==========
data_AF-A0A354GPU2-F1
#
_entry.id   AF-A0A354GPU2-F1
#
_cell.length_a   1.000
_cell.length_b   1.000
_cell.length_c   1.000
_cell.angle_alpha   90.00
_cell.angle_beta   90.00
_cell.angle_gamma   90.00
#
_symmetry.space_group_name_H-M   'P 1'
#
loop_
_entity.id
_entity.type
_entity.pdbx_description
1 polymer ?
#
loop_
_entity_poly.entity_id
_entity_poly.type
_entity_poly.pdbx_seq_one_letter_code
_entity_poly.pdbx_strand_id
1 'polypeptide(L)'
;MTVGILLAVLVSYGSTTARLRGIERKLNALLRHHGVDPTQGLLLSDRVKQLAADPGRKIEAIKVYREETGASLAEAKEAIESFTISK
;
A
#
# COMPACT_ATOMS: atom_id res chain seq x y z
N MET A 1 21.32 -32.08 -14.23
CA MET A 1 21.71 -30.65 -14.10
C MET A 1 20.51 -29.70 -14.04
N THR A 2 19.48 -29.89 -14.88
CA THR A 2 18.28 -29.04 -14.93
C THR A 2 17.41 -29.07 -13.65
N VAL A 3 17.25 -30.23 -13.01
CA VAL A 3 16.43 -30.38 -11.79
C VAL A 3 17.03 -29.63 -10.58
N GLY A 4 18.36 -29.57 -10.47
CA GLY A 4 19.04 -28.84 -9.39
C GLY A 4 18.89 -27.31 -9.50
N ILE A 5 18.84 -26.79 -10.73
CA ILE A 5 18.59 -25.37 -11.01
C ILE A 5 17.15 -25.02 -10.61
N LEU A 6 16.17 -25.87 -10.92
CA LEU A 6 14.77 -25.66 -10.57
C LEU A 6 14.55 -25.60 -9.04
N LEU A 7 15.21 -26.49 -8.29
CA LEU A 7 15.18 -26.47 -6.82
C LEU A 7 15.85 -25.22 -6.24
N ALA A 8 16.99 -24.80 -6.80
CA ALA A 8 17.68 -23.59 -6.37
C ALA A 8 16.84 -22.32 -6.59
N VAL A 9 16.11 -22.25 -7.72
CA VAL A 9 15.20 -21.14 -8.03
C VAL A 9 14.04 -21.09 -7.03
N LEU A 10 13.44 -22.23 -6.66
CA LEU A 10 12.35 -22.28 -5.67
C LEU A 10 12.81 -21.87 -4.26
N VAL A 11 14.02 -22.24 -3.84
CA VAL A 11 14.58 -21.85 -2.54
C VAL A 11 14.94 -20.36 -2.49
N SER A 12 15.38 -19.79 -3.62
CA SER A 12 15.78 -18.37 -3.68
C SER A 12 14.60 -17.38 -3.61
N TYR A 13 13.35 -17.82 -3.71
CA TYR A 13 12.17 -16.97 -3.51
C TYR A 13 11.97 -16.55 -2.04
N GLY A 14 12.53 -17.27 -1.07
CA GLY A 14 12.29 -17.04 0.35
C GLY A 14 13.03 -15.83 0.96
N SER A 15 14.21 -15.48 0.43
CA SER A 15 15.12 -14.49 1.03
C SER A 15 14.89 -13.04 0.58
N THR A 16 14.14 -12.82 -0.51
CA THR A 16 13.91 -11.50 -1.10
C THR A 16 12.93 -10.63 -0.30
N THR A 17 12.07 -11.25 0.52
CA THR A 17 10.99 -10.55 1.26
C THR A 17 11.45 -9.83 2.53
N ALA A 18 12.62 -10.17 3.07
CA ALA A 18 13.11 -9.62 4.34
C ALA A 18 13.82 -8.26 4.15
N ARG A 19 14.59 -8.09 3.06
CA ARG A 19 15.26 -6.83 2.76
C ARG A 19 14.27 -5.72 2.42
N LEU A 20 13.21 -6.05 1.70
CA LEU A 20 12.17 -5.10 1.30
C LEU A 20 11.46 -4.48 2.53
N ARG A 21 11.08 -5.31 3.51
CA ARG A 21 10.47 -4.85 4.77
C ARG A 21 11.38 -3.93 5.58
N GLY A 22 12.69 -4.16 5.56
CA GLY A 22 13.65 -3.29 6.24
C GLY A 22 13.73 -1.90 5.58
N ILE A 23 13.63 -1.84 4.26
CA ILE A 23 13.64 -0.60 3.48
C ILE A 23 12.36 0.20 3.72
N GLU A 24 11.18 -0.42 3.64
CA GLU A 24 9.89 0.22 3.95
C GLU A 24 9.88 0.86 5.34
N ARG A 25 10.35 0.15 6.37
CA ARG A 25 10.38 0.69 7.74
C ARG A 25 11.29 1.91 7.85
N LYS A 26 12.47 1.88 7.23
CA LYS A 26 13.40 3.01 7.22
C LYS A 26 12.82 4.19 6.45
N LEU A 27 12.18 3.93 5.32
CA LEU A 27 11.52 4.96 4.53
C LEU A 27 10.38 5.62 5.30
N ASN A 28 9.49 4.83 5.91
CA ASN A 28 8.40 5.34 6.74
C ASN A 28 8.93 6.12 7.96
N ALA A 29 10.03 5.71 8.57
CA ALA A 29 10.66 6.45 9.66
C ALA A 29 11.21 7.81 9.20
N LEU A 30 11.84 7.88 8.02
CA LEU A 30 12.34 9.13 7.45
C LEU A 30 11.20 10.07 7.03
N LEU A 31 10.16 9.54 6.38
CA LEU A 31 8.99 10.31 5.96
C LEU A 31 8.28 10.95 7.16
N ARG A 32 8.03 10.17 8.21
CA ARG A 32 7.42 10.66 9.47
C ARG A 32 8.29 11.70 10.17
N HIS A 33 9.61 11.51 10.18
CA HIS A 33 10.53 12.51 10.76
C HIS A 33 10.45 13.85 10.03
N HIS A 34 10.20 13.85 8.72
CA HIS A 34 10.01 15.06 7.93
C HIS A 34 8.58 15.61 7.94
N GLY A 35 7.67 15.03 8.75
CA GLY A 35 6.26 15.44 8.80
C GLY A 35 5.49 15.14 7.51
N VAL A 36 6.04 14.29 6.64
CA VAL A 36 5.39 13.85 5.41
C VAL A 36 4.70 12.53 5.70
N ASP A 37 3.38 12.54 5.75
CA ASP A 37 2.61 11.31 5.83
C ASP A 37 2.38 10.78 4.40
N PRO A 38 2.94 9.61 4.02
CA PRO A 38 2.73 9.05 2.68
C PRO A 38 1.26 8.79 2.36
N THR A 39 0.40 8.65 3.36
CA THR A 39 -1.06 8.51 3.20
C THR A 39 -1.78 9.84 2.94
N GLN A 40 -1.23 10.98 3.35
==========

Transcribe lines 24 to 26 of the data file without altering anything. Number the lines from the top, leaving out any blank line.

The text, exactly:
_entity_poly.pdbx_strand_id
1 'polypeptide(L)'
;MTVGILLAVLVSYGSTTARLRGIERKLNALLRHHGVDPTQGLLLSDRVKQLAADPGRKIEAIKVYREETGASLAEAKEAIESFTISK